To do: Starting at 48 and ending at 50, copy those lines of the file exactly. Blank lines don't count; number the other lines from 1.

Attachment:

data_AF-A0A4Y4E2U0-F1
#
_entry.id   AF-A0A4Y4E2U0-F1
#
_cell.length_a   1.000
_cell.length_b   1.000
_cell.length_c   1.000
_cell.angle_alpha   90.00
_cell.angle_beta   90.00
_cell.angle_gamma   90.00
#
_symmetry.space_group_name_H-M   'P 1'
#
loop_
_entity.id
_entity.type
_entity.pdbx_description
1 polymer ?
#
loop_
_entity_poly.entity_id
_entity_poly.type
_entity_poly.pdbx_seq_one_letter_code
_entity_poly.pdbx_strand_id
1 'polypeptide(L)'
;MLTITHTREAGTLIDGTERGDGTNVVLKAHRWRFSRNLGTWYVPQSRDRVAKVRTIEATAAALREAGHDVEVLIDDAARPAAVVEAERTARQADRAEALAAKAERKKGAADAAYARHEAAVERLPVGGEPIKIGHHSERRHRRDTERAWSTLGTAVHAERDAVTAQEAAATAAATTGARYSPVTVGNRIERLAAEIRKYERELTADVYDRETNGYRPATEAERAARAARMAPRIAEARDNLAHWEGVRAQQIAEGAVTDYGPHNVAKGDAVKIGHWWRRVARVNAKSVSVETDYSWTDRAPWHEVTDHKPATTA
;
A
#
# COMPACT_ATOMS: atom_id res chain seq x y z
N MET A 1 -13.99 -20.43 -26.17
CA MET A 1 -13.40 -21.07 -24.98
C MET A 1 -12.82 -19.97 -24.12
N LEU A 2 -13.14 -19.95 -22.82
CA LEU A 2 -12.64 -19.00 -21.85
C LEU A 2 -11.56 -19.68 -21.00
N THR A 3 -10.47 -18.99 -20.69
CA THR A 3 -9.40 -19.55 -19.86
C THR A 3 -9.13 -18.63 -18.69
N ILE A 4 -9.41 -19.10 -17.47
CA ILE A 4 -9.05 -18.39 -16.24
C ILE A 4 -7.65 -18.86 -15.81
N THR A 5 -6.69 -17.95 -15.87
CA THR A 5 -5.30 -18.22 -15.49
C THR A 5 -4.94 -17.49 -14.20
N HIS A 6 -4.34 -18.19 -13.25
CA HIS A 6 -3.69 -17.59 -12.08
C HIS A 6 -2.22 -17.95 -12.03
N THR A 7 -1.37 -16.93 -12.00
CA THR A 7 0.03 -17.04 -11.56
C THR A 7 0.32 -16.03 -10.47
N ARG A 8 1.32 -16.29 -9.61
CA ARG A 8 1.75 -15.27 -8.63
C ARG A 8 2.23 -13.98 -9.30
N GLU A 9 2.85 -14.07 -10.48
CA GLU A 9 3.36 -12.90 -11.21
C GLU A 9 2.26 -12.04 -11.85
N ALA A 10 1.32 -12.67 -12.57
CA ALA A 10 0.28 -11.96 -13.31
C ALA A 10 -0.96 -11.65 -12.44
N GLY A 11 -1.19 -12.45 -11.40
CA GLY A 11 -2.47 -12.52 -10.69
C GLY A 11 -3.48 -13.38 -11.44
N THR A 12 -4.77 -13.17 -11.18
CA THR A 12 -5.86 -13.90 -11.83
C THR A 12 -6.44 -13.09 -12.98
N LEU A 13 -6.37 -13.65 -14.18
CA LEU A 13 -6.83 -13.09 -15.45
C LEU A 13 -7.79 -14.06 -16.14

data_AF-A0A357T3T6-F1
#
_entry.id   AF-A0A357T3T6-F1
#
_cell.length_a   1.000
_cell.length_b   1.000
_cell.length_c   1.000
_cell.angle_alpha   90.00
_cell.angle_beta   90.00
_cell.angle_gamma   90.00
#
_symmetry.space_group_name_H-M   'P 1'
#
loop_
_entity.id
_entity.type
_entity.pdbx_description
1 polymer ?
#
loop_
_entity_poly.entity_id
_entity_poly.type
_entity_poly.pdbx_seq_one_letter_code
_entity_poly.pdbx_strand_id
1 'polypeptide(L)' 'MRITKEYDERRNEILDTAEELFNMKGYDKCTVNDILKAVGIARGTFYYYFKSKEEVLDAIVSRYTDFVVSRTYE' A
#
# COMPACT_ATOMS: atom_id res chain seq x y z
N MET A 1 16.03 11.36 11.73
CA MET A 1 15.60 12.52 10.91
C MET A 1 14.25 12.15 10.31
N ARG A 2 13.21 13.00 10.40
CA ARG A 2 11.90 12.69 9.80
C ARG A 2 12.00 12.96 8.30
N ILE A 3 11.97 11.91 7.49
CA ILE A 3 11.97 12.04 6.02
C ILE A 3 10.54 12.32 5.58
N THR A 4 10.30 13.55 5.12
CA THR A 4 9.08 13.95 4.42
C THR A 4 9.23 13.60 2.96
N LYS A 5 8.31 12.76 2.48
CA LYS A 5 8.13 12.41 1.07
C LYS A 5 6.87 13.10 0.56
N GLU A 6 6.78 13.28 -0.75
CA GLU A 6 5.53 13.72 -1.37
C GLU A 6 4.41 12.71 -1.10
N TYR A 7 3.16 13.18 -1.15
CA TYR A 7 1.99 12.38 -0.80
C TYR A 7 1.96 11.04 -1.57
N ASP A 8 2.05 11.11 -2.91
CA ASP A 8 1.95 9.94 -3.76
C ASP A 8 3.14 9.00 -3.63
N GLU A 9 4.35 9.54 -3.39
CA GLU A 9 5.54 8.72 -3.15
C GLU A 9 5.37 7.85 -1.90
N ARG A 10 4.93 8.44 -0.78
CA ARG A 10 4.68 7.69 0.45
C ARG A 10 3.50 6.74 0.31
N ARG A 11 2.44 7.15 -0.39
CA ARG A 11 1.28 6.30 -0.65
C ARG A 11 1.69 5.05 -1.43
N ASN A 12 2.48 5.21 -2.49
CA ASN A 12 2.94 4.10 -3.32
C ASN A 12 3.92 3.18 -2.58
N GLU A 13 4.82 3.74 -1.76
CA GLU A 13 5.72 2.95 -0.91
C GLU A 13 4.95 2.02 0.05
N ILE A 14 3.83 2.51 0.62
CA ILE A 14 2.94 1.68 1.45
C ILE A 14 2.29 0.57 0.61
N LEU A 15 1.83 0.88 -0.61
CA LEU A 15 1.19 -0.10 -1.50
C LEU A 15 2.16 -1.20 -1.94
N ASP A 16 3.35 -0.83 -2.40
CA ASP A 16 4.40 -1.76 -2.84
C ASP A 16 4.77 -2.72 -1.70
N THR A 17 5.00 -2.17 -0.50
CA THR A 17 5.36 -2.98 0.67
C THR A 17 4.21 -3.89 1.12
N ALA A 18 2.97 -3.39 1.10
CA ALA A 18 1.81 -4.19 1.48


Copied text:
C HIS A 6 -2.22 -17.95 -12.03
N THR A 7 -1.37 -16.93 -12.00
CA THR A 7 0.03 -17.04 -11.56